Normally, hearing loss is thought of as a problem that influences our personal life. It’s a problem that is between you and your hearing professional and it’s about your health. Private. And on an individual level that’s true. But hearing loss, when regarded in a broader context, as something that impacts 466 million people, we need to recognize it as a public health concern.
That just means, generally speaking, that hearing loss should be thought of as something that has an impact on all of society. So as a society, we should consider how to handle it.
Hearing Loss Comes at a Cost
William has hearing loss. He just found out last week and he’s decided he doesn’t really want to mess around with any of those hearing aids right now (against the recommendations of his hearing professional). Unfortunately, this impacts William’s job performance; it’s been difficult for him to follow along in meetings, it takes him longer to finish his work, and so on.
He also stops venturing out. It’s just too challenging trying to keep up with all the layers of conversation (he feels like people talk too much anyway). So instead of going out, William isolates himself.
These decisions will accumulate as time passes.
- Economic cost: Ignoring his hearing loss can affect his income over time. As reported by the World Health Organization, hearing loss can result in a certain amount of underemployment and unemployment. Overall, this can cost the world economy something like $105 billion in lost income and revenue. This amount of lost income is just the beginning of the story because it has a ripple effect through the whole economic system.
- Social cost: William’s friends and family miss! His relationships are suffering due to his social separation. It’s possible that his friends don’t even know about his hearing loss, so when he doesn’t hear them he seems aloof. They might be getting the wrong idea about his attitude towards them. This puts added strain on their relationships.
Why It’s a “Public Health” Issue
While these costs will definitely be felt on a personal level (William may miss his friends or lament his economic situation), they also have an effect on everyone else. William isn’t spending as much at local merchants because he has less money. More attention will have to be given to William by his family because he doesn’t have as many friends. Over-all, his health can become impacted and can result in increased healthcare expenses. If he’s not insured, those expenses get passed on to the public. And so, in that way, William’s hearing loss affects people around him quite profoundly.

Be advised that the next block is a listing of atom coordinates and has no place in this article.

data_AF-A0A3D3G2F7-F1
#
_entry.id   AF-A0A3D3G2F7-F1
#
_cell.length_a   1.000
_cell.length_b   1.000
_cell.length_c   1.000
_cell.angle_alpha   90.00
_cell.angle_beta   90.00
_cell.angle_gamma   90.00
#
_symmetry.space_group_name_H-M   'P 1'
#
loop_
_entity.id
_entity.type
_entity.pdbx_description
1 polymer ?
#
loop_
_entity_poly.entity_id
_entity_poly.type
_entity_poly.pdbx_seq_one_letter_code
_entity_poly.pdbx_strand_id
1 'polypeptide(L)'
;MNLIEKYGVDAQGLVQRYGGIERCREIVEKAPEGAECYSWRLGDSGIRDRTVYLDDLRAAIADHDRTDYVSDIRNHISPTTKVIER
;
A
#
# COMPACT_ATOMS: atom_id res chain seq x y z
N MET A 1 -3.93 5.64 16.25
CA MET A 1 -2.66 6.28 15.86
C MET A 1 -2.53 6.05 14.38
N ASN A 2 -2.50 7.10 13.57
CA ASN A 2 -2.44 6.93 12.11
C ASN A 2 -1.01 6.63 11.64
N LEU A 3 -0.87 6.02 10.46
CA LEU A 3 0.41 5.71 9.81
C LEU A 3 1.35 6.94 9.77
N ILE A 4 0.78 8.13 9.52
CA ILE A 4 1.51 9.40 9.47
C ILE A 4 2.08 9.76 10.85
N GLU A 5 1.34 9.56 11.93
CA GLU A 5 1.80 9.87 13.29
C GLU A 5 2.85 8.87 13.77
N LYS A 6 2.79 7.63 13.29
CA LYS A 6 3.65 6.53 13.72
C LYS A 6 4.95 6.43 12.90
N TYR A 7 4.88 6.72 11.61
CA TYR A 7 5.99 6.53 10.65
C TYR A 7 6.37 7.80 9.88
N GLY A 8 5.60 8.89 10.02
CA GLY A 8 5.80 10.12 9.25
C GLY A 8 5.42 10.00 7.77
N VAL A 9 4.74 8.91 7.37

Now take William and multiply him by 466 million and you will have an idea of why public health officials look at hearing loss very seriously.
Dealing With Hearing Loss
Luckily, this specific health issue can be treated in two simple ways: treatment and prevention. When hearing loss is managed effectively (normally by wearing hearing aids), the outcome can be quite dramatic:
- You’ll be capable of hearing better, and so you’ll have an easier time engaging in many day-to-day social areas of your life.
- Your relationships will get better because communicating with friends and family will be easier.
- The difficulties of your job will be more easily dealt with.
- Your chances of conditions like anxiety, dementia, depression, and balance issues will be decreased with treatment of hearing loss.
Dealing with your hearing loss is one way to stimulate strong health, both physically and mentally. It seems logical, then, that an increasing number of medical professionals are making hearing health a priority.
Prevention is just as important. Insight about how to safeguard your ears from loud harmful noise can be found in numerous public health commercials. But everyday noises such as mowing your lawn or listening to headphones too loud can even lead to hearing loss.
You can download apps that will keep track of noise levels and caution you when they get too loud. One way to have a big impact is to protect the public’s hearing, often with education.
A Little Help Goes a Long Way
In some states they’re even extending insurance to address hearing healthcare. That’s a strategy based on strong evidence and good public health policy. When we change our thinking concerning hearing loss, and about preventing hearing loss, we can significantly affect public health in a good way.
And that helps everybody, 466 million and beyond.